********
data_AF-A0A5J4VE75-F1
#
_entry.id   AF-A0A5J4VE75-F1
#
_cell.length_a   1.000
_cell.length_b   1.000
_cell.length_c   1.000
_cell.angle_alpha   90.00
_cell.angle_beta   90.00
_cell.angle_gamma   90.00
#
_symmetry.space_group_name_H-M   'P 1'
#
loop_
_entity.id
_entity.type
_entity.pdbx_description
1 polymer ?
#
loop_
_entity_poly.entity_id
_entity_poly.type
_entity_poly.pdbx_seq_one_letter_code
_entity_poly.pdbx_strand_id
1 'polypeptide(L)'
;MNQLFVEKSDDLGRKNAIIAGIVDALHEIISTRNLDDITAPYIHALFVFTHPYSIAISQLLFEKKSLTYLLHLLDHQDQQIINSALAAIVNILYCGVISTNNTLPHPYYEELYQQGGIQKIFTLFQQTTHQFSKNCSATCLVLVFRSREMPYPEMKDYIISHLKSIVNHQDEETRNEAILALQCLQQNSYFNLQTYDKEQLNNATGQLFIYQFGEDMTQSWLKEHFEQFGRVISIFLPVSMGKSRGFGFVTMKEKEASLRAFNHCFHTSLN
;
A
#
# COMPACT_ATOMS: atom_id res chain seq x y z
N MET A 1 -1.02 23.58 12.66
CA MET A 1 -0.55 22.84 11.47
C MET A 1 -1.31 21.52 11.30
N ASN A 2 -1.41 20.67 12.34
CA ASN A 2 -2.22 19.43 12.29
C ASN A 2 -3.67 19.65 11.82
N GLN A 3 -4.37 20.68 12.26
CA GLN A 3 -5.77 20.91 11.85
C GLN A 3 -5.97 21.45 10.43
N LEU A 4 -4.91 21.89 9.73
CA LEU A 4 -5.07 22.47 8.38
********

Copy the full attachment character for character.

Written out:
data_AF-A0A5J4VE75-F1
#
_entry.id   AF-A0A5J4VE75-F1
#
_cell.length_a   1.000
_cell.length_b   1.000
_cell.length_c   1.000
_cell.angle_alpha   90.00
_cell.angle_beta   90.00
_cell.angle_gamma   90.00
#
_symmetry.space_group_name_H-M   'P 1'
#
loop_
_entity.id
_entity.type
_entity.pdbx_description
1 polymer ?
#
loop_
_entity_poly.entity_id
_entity_poly.type
_entity_poly.pdbx_seq_one_letter_code
_entity_poly.pdbx_strand_id
1 'polypeptide(L)'
;MNQLFVEKSDDLGRKNAIIAGIVDALHEIISTRNLDDITAPYIHALFVFTHPYSIAISQLLFEKKSLTYLLHLLDHQDQQIINSALAAIVNILYCGVISTNNTLPHPYYEELYQQGGIQKIFTLFQQTTHQFSKNCSATCLVLVFRSREMPYPEMKDYIISHLKSIVNHQDEETRNEAILALQCLQQNSYFNLQTYDKEQLNNATGQLFIYQFGEDMTQSWLKEHFEQFGRVISIFLPVSMGKSRGFGFVTMKEKEASLRAFNHCFHTSLN
;
A
#
# COMPACT_ATOMS: atom_id res chain seq x y z
N MET A 1 -1.02 23.58 12.66
CA MET A 1 -0.55 22.84 11.47
C MET A 1 -1.31 21.52 11.30
N ASN A 2 -1.41 20.67 12.34
CA ASN A 2 -2.22 19.43 12.29
C ASN A 2 -3.67 19.65 11.82
N GLN A 3 -4.37 20.68 12.26
CA GLN A 3 -5.77 20.91 11.85
C GLN A 3 -5.97 21.45 10.43
N LEU A 4 -4.91 21.89 9.73
CA LEU A 4 -5.07 22.47 8.38